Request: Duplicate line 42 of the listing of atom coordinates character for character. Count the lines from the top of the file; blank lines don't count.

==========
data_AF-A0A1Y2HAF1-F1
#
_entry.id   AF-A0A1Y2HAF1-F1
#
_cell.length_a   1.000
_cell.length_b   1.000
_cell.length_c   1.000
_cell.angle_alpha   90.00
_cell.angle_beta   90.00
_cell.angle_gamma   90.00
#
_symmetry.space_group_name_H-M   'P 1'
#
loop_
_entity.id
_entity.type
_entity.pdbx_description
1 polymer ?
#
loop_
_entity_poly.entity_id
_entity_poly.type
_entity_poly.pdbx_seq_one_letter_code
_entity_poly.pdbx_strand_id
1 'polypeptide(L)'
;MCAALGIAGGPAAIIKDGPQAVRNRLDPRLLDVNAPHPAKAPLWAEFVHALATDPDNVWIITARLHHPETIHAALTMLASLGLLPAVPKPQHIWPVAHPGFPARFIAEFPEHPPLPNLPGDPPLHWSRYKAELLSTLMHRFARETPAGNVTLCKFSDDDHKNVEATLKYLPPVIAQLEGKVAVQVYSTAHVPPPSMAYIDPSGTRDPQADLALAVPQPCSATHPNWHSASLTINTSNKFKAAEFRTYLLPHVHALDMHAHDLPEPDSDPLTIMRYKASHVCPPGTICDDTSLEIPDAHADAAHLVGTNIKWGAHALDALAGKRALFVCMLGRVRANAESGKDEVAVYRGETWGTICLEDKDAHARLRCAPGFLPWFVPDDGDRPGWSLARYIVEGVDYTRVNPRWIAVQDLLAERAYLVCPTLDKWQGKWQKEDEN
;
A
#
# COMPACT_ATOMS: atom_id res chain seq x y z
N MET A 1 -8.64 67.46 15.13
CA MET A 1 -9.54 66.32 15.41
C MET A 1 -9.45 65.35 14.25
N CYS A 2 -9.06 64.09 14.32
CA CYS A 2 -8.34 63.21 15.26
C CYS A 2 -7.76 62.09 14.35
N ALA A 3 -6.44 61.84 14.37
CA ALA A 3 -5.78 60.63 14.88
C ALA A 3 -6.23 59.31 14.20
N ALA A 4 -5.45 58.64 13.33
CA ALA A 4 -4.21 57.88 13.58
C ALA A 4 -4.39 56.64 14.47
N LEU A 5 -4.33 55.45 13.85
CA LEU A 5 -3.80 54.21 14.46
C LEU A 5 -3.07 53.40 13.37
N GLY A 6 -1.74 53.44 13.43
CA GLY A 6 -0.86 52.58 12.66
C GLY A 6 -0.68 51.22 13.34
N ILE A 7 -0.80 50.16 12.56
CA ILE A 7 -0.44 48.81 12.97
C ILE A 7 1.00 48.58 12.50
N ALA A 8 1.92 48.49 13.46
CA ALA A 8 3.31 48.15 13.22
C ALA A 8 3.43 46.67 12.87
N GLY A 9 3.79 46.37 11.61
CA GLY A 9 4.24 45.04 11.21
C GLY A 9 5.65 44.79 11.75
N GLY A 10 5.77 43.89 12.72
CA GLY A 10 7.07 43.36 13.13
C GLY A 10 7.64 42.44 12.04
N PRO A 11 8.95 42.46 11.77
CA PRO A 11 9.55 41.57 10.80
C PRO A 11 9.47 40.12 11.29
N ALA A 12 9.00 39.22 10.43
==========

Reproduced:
C ALA A 4 -4.39 56.64 14.47